When witnesses take the stand, they are administered an oath to swear or affirm that you will tell the truth, tell the whole truth, and tell nothing but the truth. Yes, I know, the oath is fraught with fallacious pitfalls, beginning with the quantum theoretical problems with "truth": given that the only truth we can know is subjective, almost every other version of the truth is inherently unreliable.  In jury trials, there are potent motivating factors to ensure that some of the witnesses will be lying some of the time; some will be lying most of the time, and some will be lying all of the time.  To put it country simple, every time we take the oath we lie. 

It is the sine qua non of criminal defense that you take a (sometimes barely) plausible lie and turn it into truth.  The clever rascals who got O.J. off scot free in his murder trial,  "The State of California v. Orenthal James Simpson" took the lies of police corruption and racism, and used an ingenious ploy with demonstrative evidence: "If the gloves don't fit, you must acquit."  The mostly-African-American jury cut him some slack.  If the State had tried the case in, say, Beverly Hills, a conviction would have been certain.  So, how can you or I put ourselves into the mind of the average juror in the O.J. case?  (Unless, one of us is African-American.  Races do not see truth in the same way.) But make no mistake about it: if you can make black as plausible as white, a jury will let your criminal defense client go.

There is an evidentiary problem in the law, formerly applicable in most jurisdictions to both civil and criminal suits but now almost exclusively limited to civil actions only.  It regards what is known as "circumstantial evidence."  Briefly stated, it is that where an equally plausible explanation of the known facts is possible, neither story may be accepted as true.  The result can only be that there is no evidence whatsoever in proof of the proposition sought to be shown.  Sadly, inexplicably, in my own neck of the woods, the plausible explanation has given way to a more prosecution-favoring "totality of the circumstances."  Now you may be thinking, wait a minute, how can any mere human draw conclusions from "a totality of the circumstances."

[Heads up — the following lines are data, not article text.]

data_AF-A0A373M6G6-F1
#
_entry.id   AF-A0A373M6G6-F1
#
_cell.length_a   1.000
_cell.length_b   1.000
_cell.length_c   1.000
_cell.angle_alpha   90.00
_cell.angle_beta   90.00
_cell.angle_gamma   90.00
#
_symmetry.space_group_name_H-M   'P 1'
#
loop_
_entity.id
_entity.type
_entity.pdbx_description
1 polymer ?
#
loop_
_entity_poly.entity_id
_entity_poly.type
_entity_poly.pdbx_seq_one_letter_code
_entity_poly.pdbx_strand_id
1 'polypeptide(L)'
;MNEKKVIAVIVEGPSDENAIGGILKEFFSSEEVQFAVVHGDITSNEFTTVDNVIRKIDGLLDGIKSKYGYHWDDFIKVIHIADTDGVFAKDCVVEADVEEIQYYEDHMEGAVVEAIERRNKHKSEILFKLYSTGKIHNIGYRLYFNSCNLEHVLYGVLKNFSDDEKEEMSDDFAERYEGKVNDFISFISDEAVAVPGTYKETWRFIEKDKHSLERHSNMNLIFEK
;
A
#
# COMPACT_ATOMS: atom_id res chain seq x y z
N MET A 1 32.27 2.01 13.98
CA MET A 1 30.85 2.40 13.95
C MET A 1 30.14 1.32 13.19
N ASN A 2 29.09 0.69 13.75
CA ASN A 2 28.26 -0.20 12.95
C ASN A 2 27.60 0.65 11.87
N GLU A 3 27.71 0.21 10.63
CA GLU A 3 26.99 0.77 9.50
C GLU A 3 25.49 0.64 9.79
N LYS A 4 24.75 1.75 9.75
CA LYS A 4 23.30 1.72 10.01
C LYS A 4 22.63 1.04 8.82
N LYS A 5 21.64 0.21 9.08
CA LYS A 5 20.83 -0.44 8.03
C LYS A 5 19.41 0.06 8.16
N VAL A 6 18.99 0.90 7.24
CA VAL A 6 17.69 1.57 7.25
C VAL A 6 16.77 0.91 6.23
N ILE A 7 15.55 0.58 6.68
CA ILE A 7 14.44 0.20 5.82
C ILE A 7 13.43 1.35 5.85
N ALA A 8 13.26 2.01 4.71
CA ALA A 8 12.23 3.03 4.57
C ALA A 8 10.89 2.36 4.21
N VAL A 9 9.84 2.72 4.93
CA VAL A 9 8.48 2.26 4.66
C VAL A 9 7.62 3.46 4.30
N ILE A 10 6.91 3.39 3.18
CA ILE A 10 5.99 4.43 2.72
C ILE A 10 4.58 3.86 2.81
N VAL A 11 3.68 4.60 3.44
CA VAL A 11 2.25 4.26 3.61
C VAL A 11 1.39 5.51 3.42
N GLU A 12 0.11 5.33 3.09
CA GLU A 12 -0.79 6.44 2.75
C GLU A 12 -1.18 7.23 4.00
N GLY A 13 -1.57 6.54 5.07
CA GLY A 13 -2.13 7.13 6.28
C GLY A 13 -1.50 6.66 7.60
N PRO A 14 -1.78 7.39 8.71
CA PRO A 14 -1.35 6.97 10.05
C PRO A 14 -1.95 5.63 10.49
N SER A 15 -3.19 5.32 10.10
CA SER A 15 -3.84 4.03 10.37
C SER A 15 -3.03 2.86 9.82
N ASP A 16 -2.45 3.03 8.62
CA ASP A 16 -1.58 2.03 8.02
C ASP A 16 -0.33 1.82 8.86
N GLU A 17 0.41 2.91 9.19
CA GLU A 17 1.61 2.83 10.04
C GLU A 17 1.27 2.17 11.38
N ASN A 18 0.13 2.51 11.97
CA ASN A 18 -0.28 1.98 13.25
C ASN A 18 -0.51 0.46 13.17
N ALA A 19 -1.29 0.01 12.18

"Caylee drowned in the family pool," Mr. Baez told his staff, opening the brainstorming session the day his law firm came up with a plausible explanation.  Unfortunately, the State of Florida's plausible explanation makes a lot more sense.  The judge wisely disallowed argument on any theory of defense having to do with the defendant's childhood sexual abuse at the hands of her father.  By not taking the stand, Casey waived her right to prove the proposition by repeating the accusation to her father's face so to speak.  Frankly, I think Mr. Baez has shot himself in the foot.  His plausible proposition had the legal equivalent of no evidence in support of it.

But that oath bothers me.  It is not enough that they add "or affirm."  Was that added with humanists in mind?  Were they wary of certain Christian sects who are not allowed to take oaths?  The entire oath is meaningless because even devoutly Christian people are incapable of telling The Truth on the witness stand.  They can only tell one version of the truth.  I had an honest cop one time who smiled at me when he gave something up to the defense.  Most cops lie on the stand -- to the extent that they tell the truth from their professional point of view.  Their veracity is on the line.  But they have a very strong motive to lie: their job and their ego.  To paraphrase Mae West, and with apologies, "God-ness had nothin' to do with it."